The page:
Wang needs to get homeowners on his side
BY DESMOND RYAN
Desmond Ryan is executive director of the Association for a Better
Long Island, a Hauppauge-based developers' group.
October 5, 2004
As one who left the world of Computer Associates with his reputation
and fortune intact, Charles Wang has learned that success in life
depends, in large part, on timing. So his decision to tackle the
expanse of underutilized asphalt surrounding the Nassau Veterans
Memorial Coliseum erupts at exactly the right time, given that Nassau
County needs an economic shot in the arm.
Yet it won't be countywide politicians who will ultimately decide the
fate of the 60-story city-in-the-sky. It will be the men and women
Wang doesn't know and doesn't see. These invisible "power brokers"
are the mostly Republican homeowners who live in the myriad
communities inside Hempstead Town where median incomes wouldn't come
close to what Wang spends on property taxes for his Oyster Bay Cove
compound. These are the people who would live in the shadow of Wang's
60-floor proposal, unable to afford its sky views and largely
untouched by its economic impact.
This proposal will rise or fall at Hempstead Town Hall, where
Supervisor Kate Murray and her board will have to decide the zoning
for "Wang's World," and she will be listening very closely to what
her constituents have to say. As a result, the Wang colossus will
need to be a lot less patrician and a lot more practical for voters
from Levittown to Franklin Square to embrace it, to say nothing of
East Meadow and Garden City, communities far closer to the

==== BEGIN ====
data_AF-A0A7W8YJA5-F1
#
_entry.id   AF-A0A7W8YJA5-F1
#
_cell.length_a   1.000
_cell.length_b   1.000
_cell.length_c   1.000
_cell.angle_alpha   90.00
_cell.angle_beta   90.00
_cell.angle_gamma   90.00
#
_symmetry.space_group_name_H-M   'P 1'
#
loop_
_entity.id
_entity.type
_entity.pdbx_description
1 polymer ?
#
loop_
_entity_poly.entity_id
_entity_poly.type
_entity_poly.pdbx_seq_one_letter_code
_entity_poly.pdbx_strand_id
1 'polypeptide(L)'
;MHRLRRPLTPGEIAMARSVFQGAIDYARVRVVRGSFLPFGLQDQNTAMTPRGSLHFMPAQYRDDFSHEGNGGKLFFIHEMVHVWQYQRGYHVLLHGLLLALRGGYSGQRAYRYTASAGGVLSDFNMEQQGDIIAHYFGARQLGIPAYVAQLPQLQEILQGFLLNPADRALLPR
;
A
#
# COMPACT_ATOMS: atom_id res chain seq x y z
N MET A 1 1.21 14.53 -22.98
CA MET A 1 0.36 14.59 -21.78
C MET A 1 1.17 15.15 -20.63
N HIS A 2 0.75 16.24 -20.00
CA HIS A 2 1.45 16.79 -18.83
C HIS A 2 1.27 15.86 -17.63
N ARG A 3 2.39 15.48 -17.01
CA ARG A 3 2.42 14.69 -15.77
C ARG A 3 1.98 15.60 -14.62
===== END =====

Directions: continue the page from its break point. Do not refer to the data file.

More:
Wang could take a page from the late retailing legend, Alan
Fortunoff. When he wanted to build his mall in Westbury, he and his
son, Louis, met with neighbors in their backyards and dens, creating
a coalition that got his project built. One cannot imagine the Wang
team having the stomach for that kind of grassroots, "coffee-klatch"
strategy. But it may be an acquired taste Wang will have to learn.
Moving forward, Wang will have to address the obvious question of
whether 60 stories is real or some architectural Trojan Horse. If
genuine, does it destroy the town's master plan for Mitchel Field?
Will it require town officials to tear up their regulations to
accommodate Wang's skyscraper? If it is a disingenuous proposal
designed to go away as a sign of "compromise," that kind of cynicism
creates an ethical breach before the proposal is even submitted.
If we preserve the idea of Wang's 60-story lighthouse, office
building, condo and restaurant zone, we are faced with the question
of how to move people to and from this structure. A similar-sized
building, Citibank in Queens, sits atop a major subway station near
the 59th Street Bridge. Could the Wang skyscraper be the genesis of a
new multimillion-dollar mass transit complex? And if we fail to
create mass transit, does the whole Coliseum redevelopment effort
choke on its own density?
Finally, does a 60-story spire create such a dominating presence that
the neighboring destinations crucial to the lifeblood of the central
county corridor become irrelevant?
To understand the complexities of such a development, Wang may want
to read the comments of Disney's Michael Eisner, who recently spoke
to the Association for a Better New York. Referring to his role in
instigating the economic renaissance of Times Square, he commented
that he never lost sight of the fact that Disney could only act as a
spark and not be the sole engine of change. He observed that by
working with others, as opposed to dominating 42nd Street, they all
strengthened the historic energy of Times Square as a family
destination. The lesson for Long Island may be that, if Wang wants to
create a New York City skyscraper, he should take lessons from those
who play in that league.